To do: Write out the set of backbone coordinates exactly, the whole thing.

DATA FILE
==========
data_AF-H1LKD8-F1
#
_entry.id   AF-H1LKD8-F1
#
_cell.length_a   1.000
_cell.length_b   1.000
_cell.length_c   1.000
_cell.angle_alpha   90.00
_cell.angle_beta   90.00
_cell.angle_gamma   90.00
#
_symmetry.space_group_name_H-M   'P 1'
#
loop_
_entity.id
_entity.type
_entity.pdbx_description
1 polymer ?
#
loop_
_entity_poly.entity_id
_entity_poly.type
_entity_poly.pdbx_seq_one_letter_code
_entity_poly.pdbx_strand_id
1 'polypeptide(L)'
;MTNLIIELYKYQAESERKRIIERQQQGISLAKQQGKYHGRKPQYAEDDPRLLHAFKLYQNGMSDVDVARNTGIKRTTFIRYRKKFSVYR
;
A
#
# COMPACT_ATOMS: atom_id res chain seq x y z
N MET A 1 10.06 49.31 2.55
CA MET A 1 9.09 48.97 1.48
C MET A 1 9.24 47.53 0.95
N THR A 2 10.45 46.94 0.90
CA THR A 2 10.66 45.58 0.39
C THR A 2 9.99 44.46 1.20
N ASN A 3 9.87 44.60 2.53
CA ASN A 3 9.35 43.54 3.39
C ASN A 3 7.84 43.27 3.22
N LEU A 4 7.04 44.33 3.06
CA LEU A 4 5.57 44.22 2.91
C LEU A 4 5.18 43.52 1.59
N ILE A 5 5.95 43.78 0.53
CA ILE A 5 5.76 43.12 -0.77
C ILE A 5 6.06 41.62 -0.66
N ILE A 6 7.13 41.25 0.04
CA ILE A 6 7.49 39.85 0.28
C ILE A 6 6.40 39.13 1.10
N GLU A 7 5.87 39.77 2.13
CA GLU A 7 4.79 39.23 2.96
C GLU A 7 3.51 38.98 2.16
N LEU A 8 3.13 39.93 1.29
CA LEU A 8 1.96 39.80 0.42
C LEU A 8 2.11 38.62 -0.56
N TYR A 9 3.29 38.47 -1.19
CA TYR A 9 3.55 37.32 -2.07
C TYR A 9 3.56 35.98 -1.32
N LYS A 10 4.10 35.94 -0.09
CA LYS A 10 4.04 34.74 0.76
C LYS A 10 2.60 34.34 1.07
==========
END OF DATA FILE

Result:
data_AF-H1LKD8-F1
#
_entry.id   AF-H1LKD8-F1
#
_cell.length_a   1.000
_cell.length_b   1.000
_cell.length_c   1.000
_cell.angle_alpha   90.00
_cell.angle_beta   90.00
_cell.angle_gamma   90.00
#
_symmetry.space_group_name_H-M   'P 1'
#
loop_
_entity.id
_entity.type
_entity.pdbx_description
1 polymer ?
#
loop_
_entity_poly.entity_id
_entity_poly.type
_entity_poly.pdbx_seq_one_letter_code
_entity_poly.pdbx_strand_id
1 'polypeptide(L)'
;MTNLIIELYKYQAESERKRIIERQQQGISLAKQQGKYHGRKPQYAEDDPRLLHAFKLYQNGMSDVDVARNTGIKRTTFIRYRKKFSVYR
;
A
#
# COMPACT_ATOMS: atom_id res chain seq x y z
N MET A 1 10.06 49.31 2.55
CA MET A 1 9.09 48.97 1.48
C MET A 1 9.24 47.53 0.95
N THR A 2 10.45 46.94 0.90
CA THR A 2 10.66 45.58 0.39
C THR A 2 9.99 44.46 1.20
N ASN A 3 9.87 44.60 2.53
CA ASN A 3 9.35 43.54 3.39
C ASN A 3 7.84 43.27 3.22
N LEU A 4 7.04 44.33 3.06
CA LEU A 4 5.57 44.22 2.91
C LEU A 4 5.18 43.52 1.59
N ILE A 5 5.95 43.78 0.53
CA ILE A 5 5.76 43.12 -0.77
C ILE A 5 6.06 41.62 -0.66
N ILE A 6 7.13 41.25 0.04
CA ILE A 6 7.49 39.85 0.28
C ILE A 6 6.40 39.13 1.10
N GLU A 7 5.87 39.77 2.13
CA GLU A 7 4.79 39.23 2.96
C GLU A 7 3.51 38.98 2.16
N LEU A 8 3.13 39.93 1.29
CA LEU A 8 1.96 39.80 0.42
C LEU A 8 2.11 38.62 -0.56
N TYR A 9 3.29 38.47 -1.19
CA TYR A 9 3.55 37.32 -2.07
C TYR A 9 3.56 35.98 -1.32
N LYS A 10 4.10 35.94 -0.09
CA LYS A 10 4.04 34.74 0.76
C LYS A 10 2.60 34.34 1.07